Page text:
2. This year, the only court which i felt was as fast as it should be was dubai.
    Thank god roger has decided not to play miami, they should just make it a clay court and make it with the other clay masters, it would make it much better, and it might even play quicker than now!
    I was surprised to find that he wont be playing basel next year, but who cares! We need him to be playing the big ones to be able to get adequate rest inbetween tourneys as he gets older.
    Good luck next year rog!

    • Yeah, surprising no Basel. Schedule is of course subject to change so I guess it depends whether he can sort out his differences with Roger Brennwald. Apparently he wanted to buy the tournament outright but Brennwald wouldn’t let him.

  3. Hey Jonathan, what a great post! Love the speedometer pic and that Fed vs Nalbandian match, wow! You know, I’ve heard Roger talk about court speed before – not just after a loss. One point he’s making and I think, most of us are too, is exactly as you say, variety (he didn’t say all courts should be fast). I grew up in America with primarily outdoor hard courts (playing in school and for recreation – no country clubs even in the picture for my modest upbringing) and clearly remember the moment I discovered tennis being played on other surfaces. It was hardly conceivable. But it was exciting to learn about court speed and varying conditions and brought so much more interest to the game and a much broader world of sport to me. Anyway, I’m so glad to know I’m not the only one turned off those long drawn out marathon matches with “gazillion hit” rallies! Skill and variety are what first attracted me to Roger’s game as well as others with similar playing styles. Thanks for your insight and a beautifully articulated case for faster courts!

    • Hi Wendy,

      Thanks :)

      I know he’s mentioned it many times, even after his win at the Paris Masters last year. So for people to say he only brings it up after a loss isn’t true.

      Hope the ATP change it, but I doubt they will do. Money means more to them than tennis.

      Jonathan

  4. Absolutely awesome piece, Jonathan. Something really needs to be done. Variety is a great thing and honestly, if we can get to a point where anyone in the top 50 could have a chance to beat the top guys on any given day, that will make the game much more competitive and exiting.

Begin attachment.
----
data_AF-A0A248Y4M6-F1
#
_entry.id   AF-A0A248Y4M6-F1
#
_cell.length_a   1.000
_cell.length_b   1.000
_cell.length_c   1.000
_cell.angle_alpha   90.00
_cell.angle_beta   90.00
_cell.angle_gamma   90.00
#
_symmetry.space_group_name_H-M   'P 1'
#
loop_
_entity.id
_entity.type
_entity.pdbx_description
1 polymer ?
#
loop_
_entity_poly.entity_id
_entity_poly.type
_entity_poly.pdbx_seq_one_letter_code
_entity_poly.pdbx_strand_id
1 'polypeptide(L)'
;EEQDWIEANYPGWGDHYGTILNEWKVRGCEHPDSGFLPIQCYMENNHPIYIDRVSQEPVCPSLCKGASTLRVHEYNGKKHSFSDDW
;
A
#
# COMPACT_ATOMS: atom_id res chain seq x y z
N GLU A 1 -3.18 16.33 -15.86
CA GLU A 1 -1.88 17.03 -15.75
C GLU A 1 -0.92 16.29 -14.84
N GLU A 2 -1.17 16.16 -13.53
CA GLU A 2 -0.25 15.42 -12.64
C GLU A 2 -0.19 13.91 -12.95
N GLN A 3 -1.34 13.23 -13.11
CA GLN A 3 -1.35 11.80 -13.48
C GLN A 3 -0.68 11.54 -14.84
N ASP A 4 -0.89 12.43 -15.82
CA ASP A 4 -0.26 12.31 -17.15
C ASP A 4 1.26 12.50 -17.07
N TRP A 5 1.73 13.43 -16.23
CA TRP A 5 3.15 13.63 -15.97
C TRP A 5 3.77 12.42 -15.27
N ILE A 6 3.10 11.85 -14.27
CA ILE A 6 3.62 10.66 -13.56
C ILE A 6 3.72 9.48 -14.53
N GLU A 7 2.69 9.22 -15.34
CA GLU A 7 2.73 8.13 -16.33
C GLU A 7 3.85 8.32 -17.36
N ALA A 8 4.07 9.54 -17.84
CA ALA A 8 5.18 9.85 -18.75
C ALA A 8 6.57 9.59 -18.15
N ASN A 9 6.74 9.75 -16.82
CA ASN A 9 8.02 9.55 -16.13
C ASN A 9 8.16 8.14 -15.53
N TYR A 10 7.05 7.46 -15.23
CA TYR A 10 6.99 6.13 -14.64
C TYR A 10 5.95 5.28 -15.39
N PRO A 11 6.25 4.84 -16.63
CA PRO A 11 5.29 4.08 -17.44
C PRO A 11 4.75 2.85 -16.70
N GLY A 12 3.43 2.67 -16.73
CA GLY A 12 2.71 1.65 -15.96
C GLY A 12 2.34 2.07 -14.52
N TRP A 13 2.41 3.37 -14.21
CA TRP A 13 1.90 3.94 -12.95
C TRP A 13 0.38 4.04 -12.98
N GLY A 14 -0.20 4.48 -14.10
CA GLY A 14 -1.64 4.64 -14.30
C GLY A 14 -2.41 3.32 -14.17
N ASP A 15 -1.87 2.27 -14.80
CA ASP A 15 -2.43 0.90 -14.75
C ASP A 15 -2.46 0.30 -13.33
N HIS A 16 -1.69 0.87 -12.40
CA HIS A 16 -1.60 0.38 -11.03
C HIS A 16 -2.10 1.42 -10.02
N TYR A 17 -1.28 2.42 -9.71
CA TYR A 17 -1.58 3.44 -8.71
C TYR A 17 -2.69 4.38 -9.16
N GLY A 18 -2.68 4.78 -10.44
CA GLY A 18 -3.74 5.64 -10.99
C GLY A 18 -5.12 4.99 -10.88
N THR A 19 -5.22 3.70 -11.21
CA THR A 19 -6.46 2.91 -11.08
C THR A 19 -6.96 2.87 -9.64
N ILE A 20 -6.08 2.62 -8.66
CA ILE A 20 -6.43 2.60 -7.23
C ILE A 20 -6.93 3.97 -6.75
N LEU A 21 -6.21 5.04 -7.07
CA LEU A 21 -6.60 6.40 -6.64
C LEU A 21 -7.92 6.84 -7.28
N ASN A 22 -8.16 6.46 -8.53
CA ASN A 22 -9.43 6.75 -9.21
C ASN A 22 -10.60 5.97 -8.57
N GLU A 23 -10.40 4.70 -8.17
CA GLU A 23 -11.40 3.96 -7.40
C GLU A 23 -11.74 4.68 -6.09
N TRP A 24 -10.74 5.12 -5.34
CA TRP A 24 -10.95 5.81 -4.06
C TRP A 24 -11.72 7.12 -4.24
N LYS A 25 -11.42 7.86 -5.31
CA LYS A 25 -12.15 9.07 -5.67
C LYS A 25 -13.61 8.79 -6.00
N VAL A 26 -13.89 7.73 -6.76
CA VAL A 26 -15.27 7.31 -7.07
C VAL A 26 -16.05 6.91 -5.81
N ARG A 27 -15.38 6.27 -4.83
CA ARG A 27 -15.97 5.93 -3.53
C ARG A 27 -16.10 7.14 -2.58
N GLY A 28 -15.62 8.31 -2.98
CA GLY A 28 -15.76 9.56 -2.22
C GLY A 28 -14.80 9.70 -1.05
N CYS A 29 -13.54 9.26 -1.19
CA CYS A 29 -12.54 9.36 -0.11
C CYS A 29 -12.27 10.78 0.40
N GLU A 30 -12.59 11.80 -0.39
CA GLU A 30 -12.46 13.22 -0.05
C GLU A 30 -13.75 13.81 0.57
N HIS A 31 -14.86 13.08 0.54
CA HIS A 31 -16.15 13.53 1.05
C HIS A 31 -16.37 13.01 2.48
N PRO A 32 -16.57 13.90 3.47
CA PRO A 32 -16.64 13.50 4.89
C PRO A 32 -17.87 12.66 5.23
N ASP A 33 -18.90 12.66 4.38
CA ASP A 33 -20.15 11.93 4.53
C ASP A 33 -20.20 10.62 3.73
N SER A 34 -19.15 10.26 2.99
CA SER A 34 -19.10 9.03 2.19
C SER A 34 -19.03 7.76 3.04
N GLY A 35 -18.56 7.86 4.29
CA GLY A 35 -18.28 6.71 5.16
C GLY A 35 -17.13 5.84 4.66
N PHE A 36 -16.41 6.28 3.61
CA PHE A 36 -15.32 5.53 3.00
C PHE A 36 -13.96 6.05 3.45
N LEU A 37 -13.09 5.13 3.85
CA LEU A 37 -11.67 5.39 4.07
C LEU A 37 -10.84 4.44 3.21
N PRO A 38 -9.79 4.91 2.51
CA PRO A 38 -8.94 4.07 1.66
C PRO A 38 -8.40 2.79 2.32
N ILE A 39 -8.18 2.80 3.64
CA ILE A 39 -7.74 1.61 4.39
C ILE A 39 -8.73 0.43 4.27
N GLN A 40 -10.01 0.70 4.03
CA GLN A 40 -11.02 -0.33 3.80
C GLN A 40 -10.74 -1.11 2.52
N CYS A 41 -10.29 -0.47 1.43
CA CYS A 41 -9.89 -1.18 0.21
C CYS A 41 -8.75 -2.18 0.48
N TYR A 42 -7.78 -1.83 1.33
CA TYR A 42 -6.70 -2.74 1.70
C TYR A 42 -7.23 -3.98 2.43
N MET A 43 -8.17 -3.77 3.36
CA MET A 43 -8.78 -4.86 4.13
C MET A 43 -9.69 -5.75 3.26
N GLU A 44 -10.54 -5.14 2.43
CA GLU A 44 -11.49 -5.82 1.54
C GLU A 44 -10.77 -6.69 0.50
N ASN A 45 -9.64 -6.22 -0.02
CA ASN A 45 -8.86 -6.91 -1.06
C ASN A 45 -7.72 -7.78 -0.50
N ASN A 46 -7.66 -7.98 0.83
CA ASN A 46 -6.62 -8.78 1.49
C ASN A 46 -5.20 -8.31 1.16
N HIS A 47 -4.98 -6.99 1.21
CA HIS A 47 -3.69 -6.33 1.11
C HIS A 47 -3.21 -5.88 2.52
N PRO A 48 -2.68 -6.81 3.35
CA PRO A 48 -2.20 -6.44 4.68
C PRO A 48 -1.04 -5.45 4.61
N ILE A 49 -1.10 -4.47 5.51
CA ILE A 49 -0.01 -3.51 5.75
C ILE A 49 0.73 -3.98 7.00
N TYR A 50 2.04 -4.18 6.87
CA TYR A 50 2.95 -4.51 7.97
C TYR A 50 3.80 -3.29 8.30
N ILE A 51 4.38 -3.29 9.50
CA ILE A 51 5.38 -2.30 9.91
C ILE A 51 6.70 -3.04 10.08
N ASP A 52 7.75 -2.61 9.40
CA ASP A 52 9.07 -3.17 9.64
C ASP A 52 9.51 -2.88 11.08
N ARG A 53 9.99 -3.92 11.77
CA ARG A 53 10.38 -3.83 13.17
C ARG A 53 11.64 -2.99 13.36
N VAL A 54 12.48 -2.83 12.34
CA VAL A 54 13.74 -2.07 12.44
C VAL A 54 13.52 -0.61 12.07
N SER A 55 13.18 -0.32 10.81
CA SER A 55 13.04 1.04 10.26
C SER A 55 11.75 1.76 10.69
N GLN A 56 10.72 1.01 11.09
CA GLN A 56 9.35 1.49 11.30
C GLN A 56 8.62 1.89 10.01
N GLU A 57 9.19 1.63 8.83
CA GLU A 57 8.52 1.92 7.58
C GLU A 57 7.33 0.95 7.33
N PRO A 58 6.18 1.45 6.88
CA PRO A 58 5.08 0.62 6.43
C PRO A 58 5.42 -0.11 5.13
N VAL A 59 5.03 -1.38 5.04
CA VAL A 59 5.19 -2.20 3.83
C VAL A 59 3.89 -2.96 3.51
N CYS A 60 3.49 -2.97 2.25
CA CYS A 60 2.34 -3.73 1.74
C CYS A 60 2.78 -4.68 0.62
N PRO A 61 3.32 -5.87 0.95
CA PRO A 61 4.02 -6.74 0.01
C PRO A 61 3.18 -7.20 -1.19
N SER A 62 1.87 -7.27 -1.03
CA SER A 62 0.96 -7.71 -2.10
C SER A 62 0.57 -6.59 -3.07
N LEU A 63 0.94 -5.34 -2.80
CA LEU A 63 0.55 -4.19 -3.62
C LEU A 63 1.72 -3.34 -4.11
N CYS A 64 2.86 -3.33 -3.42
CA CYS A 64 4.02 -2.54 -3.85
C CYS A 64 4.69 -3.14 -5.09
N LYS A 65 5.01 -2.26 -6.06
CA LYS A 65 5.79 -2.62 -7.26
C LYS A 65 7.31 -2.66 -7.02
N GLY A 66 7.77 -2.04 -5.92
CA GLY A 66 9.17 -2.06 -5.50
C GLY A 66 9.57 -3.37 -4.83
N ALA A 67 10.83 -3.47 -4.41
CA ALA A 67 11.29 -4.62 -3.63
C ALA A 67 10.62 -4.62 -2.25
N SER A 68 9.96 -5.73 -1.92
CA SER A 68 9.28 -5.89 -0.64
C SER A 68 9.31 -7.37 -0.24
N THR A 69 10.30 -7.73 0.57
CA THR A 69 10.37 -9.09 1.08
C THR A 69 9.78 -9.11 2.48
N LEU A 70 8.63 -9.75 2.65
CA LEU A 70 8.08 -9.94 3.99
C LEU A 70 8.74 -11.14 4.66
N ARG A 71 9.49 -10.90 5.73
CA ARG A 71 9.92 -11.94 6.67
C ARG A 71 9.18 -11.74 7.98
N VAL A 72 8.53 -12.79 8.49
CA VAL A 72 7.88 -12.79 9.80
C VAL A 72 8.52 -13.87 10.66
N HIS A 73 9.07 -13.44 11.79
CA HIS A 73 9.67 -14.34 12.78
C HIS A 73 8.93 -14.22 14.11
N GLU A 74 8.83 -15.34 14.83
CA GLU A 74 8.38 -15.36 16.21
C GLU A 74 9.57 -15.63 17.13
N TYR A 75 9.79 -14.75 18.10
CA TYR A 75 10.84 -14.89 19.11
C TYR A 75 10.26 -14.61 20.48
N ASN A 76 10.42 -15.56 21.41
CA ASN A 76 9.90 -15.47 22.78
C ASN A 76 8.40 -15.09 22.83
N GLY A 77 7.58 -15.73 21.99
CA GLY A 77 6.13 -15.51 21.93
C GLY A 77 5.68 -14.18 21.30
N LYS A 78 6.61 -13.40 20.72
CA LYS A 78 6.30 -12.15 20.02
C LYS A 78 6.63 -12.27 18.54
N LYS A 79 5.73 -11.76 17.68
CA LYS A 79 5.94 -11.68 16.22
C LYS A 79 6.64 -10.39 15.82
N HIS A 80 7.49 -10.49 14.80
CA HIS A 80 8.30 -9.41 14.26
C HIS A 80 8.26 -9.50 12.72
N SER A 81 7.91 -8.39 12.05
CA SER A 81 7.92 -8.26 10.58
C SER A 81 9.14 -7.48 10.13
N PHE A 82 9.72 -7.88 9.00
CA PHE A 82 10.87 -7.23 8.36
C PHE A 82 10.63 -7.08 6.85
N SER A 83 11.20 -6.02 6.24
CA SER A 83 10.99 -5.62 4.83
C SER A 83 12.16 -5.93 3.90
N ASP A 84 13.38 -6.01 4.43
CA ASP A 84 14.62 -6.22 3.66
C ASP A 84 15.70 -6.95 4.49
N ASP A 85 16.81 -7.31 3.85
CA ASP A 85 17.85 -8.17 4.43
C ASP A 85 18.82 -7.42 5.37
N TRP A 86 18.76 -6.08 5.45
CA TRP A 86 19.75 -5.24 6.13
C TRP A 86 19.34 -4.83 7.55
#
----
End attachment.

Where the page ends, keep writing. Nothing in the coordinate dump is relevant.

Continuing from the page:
5. Great article. Very interesting to read. Only just started to teach myself about all those various “technical things” that are involved in tennis. And this is a great way to do it. Up until 18 months ago, I just labsolutely oved the game, knew the rules, saw the skills if someone had them and could see a master on court when there was one… Now I know só much more and I can now agree with what you’re saying. Therefore, of course, I signed ;)

  6. Think of the days of Bjorn Borg. He was a clay specialist and got destroyed on grass. So he decided to adapt his game to a different surface by amping up his serve and working on his net game. He went onto with not only 6 French Open titles but 5 Wimbledon titles in a row. Year-after-year he changed his game style to follow a French with a Wimbledon. That is what players should be able to do now. Tennis needs a return to the days when a change of surface meant more than just a change of footwear.

    • So true. And it’s not like Rafa and guys like him can’t adapt. Rafa can amp up his serve and flatten out his strokes and try to shorten the points. In fact, with Rafa’s knees, you think he would want faster hardcourts so he doesn’t have to play as many long rallies.

      • It’s a slippery slope, Kyle. If Nadal flattens his ground strokes, then he pretty much walks into comfort zone of Roger and many other players too who would rather deal not deal with those high trajectory top spinning deliveries.

      • Yeah, Roger is probably the only guy that could have competed in any era. Modern players are products of technology. Did you know Berdych uses the same racket as Sharapova? lol

  7. Jonathan, the ATP isn’t going to do much about it. Reminds me of this line: